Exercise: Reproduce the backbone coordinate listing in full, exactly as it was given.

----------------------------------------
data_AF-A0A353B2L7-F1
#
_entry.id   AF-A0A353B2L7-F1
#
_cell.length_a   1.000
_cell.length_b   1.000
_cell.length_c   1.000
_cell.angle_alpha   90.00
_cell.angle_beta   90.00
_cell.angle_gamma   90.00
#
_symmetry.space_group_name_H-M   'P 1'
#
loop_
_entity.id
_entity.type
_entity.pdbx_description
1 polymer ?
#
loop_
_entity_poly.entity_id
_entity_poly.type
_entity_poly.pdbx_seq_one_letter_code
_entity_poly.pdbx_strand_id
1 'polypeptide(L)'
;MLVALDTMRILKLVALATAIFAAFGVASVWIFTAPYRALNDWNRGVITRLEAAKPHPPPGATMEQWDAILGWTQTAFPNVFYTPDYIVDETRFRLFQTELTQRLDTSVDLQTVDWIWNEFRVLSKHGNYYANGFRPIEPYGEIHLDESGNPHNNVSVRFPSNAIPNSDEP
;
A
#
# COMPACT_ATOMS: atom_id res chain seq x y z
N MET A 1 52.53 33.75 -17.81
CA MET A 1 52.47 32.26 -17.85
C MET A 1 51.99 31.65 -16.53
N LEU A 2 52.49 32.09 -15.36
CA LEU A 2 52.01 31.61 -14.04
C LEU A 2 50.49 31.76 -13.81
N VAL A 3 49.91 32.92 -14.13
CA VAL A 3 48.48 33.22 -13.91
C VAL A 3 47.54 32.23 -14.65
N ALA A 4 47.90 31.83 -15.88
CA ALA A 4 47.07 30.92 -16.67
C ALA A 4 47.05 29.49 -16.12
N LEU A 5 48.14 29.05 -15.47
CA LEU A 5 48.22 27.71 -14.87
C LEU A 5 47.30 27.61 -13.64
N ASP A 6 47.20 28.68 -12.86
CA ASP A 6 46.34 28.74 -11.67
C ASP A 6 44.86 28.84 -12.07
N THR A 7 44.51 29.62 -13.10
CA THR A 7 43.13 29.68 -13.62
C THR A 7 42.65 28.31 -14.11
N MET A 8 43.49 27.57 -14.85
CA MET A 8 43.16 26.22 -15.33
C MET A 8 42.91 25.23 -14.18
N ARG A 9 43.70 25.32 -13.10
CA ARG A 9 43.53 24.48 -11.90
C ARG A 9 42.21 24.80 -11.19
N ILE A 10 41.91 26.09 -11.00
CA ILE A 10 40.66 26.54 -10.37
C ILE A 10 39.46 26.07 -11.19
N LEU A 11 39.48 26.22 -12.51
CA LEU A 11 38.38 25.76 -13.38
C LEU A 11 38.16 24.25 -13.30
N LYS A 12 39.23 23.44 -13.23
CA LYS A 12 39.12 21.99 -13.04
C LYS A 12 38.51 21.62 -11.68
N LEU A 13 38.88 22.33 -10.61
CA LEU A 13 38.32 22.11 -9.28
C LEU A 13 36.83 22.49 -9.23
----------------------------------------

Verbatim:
data_AF-A0A353B2L7-F1
#
_entry.id   AF-A0A353B2L7-F1
#
_cell.length_a   1.000
_cell.length_b   1.000
_cell.length_c   1.000
_cell.angle_alpha   90.00
_cell.angle_beta   90.00
_cell.angle_gamma   90.00
#
_symmetry.space_group_name_H-M   'P 1'
#
loop_
_entity.id
_entity.type
_entity.pdbx_description
1 polymer ?
#
loop_
_entity_poly.entity_id
_entity_poly.type
_entity_poly.pdbx_seq_one_letter_code
_entity_poly.pdbx_strand_id
1 'polypeptide(L)'
;MLVALDTMRILKLVALATAIFAAFGVASVWIFTAPYRALNDWNRGVITRLEAAKPHPPPGATMEQWDAILGWTQTAFPNVFYTPDYIVDETRFRLFQTELTQRLDTSVDLQTVDWIWNEFRVLSKHGNYYANGFRPIEPYGEIHLDESGNPHNNVSVRFPSNAIPNSDEP
;
A
#
# COMPACT_ATOMS: atom_id res chain seq x y z
N MET A 1 52.53 33.75 -17.81
CA MET A 1 52.47 32.26 -17.85
C MET A 1 51.99 31.65 -16.53
N LEU A 2 52.49 32.09 -15.36
CA LEU A 2 52.01 31.61 -14.04
C LEU A 2 50.49 31.76 -13.81
N VAL A 3 49.91 32.92 -14.13
CA VAL A 3 48.48 33.22 -13.91
C VAL A 3 47.54 32.23 -14.65
N ALA A 4 47.90 31.83 -15.88
CA ALA A 4 47.07 30.92 -16.67
C ALA A 4 47.05 29.49 -16.12
N LEU A 5 48.14 29.05 -15.47
CA LEU A 5 48.22 27.71 -14.87
C LEU A 5 47.30 27.61 -13.64
N ASP A 6 47.20 28.68 -12.86
CA ASP A 6 46.34 28.74 -11.67
C ASP A 6 44.86 28.84 -12.07
N THR A 7 44.51 29.62 -13.10
CA THR A 7 43.13 29.68 -13.62
C THR A 7 42.65 28.31 -14.11
N MET A 8 43.49 27.57 -14.85
CA MET A 8 43.16 26.22 -15.33
C MET A 8 42.91 25.23 -14.18
N ARG A 9 43.70 25.32 -13.10
CA ARG A 9 43.53 24.48 -11.90
C ARG A 9 42.21 24.80 -11.19
N ILE A 10 41.91 26.09 -11.00
CA ILE A 10 40.66 26.54 -10.37
C ILE A 10 39.46 26.07 -11.19
N LEU A 11 39.48 26.22 -12.51
CA LEU A 11 38.38 25.76 -13.38
C LEU A 11 38.16 24.25 -13.30
N LYS A 12 39.23 23.44 -13.23
CA LYS A 12 39.12 21.99 -13.04
C LYS A 12 38.51 21.62 -11.68
N LEU A 13 38.88 22.33 -10.61
CA LEU A 13 38.32 22.11 -9.28
C LEU A 13 36.83 22.49 -9.23